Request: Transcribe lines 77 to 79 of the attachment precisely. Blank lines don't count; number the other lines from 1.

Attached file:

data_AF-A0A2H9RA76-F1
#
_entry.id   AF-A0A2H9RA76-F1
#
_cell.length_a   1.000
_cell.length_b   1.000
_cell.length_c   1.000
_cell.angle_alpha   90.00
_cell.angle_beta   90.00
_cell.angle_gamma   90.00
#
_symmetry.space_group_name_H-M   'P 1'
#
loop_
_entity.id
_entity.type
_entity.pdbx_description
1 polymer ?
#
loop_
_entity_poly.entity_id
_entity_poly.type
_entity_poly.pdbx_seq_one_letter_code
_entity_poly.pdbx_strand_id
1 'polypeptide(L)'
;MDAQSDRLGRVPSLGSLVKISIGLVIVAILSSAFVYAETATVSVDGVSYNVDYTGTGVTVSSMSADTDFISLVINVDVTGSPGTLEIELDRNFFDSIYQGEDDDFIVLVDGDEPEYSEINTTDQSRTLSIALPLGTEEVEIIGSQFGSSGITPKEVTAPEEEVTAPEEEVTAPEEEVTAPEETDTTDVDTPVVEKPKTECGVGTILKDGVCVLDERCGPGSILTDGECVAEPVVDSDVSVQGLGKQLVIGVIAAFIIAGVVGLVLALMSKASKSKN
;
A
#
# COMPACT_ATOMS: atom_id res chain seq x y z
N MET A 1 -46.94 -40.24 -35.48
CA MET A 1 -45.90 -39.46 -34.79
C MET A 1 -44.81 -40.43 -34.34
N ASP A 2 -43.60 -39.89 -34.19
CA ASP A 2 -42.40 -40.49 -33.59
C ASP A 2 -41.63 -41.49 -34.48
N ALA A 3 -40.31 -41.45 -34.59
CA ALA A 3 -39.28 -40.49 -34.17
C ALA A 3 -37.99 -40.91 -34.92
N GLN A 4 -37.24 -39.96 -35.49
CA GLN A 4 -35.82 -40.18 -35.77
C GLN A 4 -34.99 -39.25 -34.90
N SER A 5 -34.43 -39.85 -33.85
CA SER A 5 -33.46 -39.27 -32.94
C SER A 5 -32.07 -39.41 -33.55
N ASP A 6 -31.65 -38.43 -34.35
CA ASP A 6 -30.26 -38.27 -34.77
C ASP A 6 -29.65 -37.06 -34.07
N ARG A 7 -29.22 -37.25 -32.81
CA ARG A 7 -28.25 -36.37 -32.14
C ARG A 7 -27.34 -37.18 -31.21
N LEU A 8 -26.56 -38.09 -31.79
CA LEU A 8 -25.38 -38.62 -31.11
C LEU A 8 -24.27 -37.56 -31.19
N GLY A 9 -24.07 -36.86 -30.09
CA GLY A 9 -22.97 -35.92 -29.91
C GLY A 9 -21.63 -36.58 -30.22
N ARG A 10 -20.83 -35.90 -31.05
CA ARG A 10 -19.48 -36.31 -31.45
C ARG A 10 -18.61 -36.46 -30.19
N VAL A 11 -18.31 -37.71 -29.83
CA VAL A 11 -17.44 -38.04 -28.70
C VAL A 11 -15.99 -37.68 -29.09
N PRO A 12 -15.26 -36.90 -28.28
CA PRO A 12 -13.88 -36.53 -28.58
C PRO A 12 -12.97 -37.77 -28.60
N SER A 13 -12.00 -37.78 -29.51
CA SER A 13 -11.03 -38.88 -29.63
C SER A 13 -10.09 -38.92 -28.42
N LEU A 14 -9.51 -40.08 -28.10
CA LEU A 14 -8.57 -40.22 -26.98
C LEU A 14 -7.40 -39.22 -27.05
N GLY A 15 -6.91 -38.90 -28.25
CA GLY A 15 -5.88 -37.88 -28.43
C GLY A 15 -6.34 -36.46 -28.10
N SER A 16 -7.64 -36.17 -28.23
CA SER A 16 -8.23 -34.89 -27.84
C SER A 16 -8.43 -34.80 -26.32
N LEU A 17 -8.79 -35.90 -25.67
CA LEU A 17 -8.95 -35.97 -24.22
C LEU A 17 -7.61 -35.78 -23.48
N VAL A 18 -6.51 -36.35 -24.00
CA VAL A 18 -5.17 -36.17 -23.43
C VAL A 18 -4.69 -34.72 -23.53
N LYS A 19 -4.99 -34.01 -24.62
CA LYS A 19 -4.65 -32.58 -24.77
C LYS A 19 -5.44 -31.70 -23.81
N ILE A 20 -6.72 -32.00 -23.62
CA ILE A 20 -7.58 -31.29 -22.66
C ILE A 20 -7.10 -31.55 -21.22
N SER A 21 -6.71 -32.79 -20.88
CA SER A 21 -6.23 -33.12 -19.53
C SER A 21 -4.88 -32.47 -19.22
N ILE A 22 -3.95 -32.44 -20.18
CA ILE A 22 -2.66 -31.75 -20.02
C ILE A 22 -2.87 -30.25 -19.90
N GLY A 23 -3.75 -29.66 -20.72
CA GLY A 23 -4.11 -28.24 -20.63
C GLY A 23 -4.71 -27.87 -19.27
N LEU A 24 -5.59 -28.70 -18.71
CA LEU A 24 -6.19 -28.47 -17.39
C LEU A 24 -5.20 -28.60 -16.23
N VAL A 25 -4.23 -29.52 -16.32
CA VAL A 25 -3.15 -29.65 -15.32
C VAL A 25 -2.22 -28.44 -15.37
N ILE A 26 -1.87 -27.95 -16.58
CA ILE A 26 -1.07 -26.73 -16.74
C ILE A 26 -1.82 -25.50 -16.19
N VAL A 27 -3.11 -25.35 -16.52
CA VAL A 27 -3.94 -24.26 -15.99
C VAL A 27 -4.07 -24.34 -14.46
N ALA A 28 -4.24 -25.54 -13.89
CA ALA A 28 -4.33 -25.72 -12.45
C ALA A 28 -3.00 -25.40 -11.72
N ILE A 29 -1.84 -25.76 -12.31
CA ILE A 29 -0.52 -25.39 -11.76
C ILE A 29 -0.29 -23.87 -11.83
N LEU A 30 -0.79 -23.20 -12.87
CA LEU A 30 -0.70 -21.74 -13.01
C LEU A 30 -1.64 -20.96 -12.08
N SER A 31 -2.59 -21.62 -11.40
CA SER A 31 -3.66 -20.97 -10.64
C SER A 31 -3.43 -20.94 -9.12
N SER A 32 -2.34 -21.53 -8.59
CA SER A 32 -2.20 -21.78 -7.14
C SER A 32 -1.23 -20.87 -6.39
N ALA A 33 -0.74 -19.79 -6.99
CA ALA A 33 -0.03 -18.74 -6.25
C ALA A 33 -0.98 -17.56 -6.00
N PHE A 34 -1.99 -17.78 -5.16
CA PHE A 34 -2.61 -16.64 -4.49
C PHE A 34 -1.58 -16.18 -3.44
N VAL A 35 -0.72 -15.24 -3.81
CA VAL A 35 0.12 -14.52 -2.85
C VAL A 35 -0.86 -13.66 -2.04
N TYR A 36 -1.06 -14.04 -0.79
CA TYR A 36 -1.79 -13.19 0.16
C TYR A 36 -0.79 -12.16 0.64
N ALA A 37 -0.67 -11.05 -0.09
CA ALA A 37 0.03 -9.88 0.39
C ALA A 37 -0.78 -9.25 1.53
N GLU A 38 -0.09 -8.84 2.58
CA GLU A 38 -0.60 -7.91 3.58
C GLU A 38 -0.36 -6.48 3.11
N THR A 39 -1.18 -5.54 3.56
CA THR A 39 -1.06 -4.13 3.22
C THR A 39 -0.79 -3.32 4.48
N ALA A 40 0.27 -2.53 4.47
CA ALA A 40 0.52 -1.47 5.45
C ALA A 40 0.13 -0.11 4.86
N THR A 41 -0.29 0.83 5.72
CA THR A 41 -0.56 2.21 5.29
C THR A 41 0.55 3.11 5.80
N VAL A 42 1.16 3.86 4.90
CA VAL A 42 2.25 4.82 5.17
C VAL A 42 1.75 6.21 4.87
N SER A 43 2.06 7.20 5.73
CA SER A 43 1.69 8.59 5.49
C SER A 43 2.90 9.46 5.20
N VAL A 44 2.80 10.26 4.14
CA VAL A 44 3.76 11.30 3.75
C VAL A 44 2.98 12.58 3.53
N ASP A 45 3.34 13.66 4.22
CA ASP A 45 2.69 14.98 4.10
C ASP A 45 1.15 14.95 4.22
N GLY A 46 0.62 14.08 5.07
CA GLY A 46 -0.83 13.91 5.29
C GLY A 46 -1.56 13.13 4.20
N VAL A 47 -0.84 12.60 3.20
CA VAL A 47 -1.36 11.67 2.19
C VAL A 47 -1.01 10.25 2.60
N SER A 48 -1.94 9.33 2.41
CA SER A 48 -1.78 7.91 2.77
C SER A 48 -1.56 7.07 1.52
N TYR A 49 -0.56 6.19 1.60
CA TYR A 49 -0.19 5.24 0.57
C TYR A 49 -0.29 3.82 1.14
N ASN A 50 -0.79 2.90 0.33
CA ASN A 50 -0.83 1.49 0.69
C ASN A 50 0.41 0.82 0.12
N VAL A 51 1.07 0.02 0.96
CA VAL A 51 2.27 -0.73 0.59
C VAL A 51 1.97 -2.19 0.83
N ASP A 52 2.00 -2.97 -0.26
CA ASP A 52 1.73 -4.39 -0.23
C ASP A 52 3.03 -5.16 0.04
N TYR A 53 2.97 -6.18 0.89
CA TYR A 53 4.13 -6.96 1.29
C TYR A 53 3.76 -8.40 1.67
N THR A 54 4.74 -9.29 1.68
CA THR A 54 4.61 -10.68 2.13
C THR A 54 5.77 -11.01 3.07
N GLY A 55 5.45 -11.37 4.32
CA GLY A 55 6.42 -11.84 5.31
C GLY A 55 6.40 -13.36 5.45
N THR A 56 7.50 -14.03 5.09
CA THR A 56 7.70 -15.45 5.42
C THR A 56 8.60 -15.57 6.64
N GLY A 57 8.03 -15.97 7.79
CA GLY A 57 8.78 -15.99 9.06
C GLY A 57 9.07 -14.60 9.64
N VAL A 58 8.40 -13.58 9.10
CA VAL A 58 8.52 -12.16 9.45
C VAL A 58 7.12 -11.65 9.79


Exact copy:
CA SER A 16 -8.23 -34.89 -27.84
C SER A 16 -8.43 -34.80 -26.32
N LEU A 17 -8.79 -35.90 -25.67